Wednesday, July 16, 2014


Listen to the prologue here:

The girl stops running, wild-eyed, hunted, her breathing the rattle of old machines, of gears grinding without grease.  Her head swivels, a bird trapped in the coils of a snake.  In the near stillness she hears the beat of her own heart.  The pounding fills her ribcage, it swells inside her throat, it pulses afterbirth down the tender skin of her inner thighs.  She’s woozy, she sways and then steadies.
It was a sound that startled her, a screech, and it wasn’t human.  There it is again!  Monsters rampaging off the walkways, she thinks, her fear rising.  Phlegm beasts, or hammerheads, those slimy thickskulled creatures seen on the screens, hunting on the public walkways.  
No, be sensible, the girl thinks again, these are different sounds, smaller shrieks, less fearful growls, than the sound of the dogs on her scent, or the creatures who filet their food before eating.  This must be the noise of the hyenas, known to forage at the river’s edge, the girl decides.   
“Don’t cry, please don’t cry,” she murmurs to the bundle clutched in her stiffening arm.  She’s heard that hyenas eat babies.
The girl wears a dirty, ill-fitting, public-herd uniform.  A pink tease of ruffles and sleaze, meant to advertise her, haunch and teat.  She crouches low, preparing to sprint from her hiding place, in the shadows cast by the tall windowless buildings of the city’s Breederhood.  
A negative of moonlight etches the city skyline into a jagged silhouette across the riverbank.  It’s just the look of a creepy snaggletooth grin, as if even the shadows were having a laugh at her feeble attempt to die free.  The girl laughs too.  Why not?  What’s she got to lose but her life.  That end is nigh anyway.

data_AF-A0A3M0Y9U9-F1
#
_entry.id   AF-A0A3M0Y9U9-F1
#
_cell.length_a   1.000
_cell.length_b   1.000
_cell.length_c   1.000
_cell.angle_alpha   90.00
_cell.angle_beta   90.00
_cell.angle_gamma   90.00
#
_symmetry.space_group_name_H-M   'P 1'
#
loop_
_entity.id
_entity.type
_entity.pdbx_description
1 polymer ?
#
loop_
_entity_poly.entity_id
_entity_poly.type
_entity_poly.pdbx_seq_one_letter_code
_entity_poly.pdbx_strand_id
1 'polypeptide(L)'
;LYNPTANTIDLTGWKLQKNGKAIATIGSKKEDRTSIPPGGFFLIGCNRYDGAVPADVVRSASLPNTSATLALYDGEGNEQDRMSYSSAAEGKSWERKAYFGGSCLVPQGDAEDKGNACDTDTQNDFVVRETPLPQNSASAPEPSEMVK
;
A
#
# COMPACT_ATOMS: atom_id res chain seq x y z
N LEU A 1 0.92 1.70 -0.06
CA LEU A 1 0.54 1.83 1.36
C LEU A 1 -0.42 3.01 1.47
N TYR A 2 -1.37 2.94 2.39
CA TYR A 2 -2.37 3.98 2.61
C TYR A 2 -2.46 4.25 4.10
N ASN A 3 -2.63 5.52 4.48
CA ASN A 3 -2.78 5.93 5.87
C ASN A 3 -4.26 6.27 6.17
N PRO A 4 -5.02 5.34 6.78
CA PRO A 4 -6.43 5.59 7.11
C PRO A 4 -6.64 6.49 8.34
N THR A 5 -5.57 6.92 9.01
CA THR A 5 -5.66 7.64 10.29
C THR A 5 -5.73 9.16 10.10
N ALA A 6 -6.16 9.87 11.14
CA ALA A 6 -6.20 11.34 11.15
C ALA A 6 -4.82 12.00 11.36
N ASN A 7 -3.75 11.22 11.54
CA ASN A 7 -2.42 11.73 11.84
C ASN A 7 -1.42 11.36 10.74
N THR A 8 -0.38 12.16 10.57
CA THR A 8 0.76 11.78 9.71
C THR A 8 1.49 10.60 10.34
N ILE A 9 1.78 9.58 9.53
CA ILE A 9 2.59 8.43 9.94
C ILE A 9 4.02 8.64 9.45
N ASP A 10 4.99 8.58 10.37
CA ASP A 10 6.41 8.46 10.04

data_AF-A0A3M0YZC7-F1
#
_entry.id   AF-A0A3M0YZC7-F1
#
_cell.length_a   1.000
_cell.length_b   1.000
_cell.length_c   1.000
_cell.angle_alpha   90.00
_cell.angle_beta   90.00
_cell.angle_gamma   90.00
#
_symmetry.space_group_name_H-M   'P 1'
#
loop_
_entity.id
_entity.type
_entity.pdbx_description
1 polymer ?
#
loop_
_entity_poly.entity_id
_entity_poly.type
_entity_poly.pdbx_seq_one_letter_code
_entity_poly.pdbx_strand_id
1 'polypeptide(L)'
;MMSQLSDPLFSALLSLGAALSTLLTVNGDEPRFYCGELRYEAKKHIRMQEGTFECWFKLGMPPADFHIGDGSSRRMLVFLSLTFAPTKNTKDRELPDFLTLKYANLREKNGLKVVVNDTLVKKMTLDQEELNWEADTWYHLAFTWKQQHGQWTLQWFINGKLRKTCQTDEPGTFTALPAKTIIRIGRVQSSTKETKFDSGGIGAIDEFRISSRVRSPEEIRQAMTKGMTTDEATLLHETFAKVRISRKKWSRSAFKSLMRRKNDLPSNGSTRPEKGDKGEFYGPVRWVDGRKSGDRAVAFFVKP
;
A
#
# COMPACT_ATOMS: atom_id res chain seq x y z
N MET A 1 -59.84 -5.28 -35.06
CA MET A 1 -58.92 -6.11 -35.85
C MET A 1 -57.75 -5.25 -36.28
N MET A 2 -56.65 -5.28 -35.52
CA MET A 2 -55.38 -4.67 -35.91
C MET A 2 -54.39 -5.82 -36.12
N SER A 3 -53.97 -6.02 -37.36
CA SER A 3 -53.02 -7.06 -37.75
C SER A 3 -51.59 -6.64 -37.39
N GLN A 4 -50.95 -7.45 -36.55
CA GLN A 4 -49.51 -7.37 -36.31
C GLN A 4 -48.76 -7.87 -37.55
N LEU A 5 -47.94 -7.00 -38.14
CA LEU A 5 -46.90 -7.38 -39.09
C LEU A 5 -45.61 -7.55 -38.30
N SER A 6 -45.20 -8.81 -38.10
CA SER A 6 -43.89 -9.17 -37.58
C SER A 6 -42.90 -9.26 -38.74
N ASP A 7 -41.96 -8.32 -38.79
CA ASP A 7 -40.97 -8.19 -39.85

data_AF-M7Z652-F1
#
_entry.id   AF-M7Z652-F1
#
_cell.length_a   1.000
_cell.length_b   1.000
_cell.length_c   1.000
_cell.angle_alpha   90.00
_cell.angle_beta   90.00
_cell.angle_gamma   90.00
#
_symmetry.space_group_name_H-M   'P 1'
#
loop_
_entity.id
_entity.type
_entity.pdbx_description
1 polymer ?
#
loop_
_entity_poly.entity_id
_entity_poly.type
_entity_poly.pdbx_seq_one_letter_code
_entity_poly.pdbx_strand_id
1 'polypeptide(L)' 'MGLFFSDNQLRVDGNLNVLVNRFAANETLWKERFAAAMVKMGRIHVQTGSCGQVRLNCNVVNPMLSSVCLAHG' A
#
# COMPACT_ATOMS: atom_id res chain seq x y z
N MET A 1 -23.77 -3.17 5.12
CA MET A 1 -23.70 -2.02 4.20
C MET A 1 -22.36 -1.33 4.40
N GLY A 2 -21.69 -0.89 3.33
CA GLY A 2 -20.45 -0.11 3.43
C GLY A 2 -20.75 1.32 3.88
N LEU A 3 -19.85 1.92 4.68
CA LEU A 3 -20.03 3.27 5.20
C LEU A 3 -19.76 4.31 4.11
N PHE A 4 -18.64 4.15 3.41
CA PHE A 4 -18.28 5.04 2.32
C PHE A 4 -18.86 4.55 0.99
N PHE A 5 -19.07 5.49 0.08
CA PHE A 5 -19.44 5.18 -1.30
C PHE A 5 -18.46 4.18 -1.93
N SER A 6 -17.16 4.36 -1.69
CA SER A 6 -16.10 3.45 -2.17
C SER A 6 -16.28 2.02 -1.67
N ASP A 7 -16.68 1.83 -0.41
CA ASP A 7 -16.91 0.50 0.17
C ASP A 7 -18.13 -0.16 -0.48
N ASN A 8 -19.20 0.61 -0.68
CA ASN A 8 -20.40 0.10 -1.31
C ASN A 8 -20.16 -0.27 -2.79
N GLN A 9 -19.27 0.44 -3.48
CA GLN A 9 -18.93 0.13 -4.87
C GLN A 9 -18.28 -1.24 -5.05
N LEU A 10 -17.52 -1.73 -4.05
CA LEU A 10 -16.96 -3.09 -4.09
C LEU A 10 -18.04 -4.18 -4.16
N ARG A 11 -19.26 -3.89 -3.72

She takes off, running through shadow, then moonlight, now shadow again.  The smell of sulphur, from off the river, grows stronger.  It’s the smell of escape, from Winkin City.  It’s the only home she’s ever known.
She scrambles low over scrub-brush vegetation, dotted like an obstacle course across the eroded dirt.  She stubs the clubbed toe, of her rag bound foot, hard against a thistle root.  She totters forward, contorting her body, to keep from crushing the struggling yellow bundle, clutched now in both of her arms.  
She stops moving, panting until the baby settles, until the stabbing pain in her right foot ebbs back to the dull ache she considers normal.  She watches the slow seep of red spread across the grungy brown rags where her toes once were.  
She’d tried to escape the city before, when the baby was new inside her.  She’d been caught that time, and sentenced to binding.  
The girl-policeman, the one charged to execute her sentence, had a brown ooze bubbling at the corners of his mouth.  He’d taken her foot in his hand, and fondled it as if it weren’t attached to the rest of her.  Then he folded her foot, just like he was tearing at a loaf of bread, at the joints, where phalanges were connected to metatarsals.  Heedless of her howling, and the cracking of her bones, he repeated the action on her other foot.  He bandaged each mangled appendage up tight, to keep them folded this way.  
       “To make them dainty and petite,” the man muttered, now fondling her flaming stubs.  
Everyone knows that binding is meant to prevent escape from Winkin City, but even now, the girl’s running toward the Bridge of Tears on her government-deformed feet.  She’s ducking the searchlights that scour the Night Mare’s land seeking someone to kill.
She scrambles up the cracked and narrow slats of the rotting ladder to a rickety bridge, cobbled of driftwood, rope, and desperation.  The official seal of Blinkin undulates atop the blue screen at the ladder’s summit.  The seal is an animate coat-of-arms, a frolicsome bas-relief of busily rutting characters.  A demon rear mounts a human, who’s already bent over to fornicate his sow.  It’s the Night Mare’s chain of command, a visual haiku to her world order.  The same image is branded upon the escaping girl, in a tramp stamp of welts and ridges, across her lower back. 
This screen, at the top of the ladder, is the last of the government checkpoints before she gains the bridge.  Red words loop in ominous silence across the blue screen: 
Warning!  You are now leaving Winkin City, followed by, It’s not a good idea, and finally, Good luck.
The girl stares at the rolling words, her eyes vacant, her thoughts already on the thing she must do.  She steps past the glowing blue rectangle, cautiously, fearfully, as if it might explode, and now everything is swaying.  She sprints over wide wooden planks, laid across gaping gaps, to the whitewater below.  The girl hesitates.  She waits for the searchlight to pass over the center of the wavering span.  Then she hurtles forward again, heedless of her numbing feet, of the new blood chafing the old between her childlike thighs.